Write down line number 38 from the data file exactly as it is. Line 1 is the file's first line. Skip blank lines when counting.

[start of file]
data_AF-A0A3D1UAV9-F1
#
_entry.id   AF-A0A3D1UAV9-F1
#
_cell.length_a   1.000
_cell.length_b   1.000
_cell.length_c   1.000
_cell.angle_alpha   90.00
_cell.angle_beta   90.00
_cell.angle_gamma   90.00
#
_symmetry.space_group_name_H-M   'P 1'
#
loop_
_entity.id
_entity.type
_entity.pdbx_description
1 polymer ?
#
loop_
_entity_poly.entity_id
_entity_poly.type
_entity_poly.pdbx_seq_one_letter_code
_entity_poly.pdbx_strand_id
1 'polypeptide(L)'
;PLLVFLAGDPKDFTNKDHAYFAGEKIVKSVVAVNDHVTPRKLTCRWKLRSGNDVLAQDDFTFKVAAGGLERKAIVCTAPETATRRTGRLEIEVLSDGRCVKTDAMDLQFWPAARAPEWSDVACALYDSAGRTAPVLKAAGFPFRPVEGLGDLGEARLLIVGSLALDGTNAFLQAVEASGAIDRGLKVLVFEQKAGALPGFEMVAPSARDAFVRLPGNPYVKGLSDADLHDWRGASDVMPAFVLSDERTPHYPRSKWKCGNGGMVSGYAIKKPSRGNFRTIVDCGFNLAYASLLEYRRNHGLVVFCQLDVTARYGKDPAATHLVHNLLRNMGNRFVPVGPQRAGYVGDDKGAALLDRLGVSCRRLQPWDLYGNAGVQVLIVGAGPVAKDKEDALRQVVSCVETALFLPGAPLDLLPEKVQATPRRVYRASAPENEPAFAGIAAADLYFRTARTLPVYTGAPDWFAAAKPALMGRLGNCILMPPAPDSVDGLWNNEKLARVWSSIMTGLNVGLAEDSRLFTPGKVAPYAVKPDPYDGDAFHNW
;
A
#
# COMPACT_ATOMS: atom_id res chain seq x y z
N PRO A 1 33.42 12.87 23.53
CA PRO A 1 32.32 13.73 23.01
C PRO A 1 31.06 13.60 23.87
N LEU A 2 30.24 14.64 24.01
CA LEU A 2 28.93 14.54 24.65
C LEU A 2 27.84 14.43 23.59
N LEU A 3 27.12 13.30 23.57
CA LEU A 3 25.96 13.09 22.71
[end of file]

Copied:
CA LEU A 3 25.96 13.09 22.71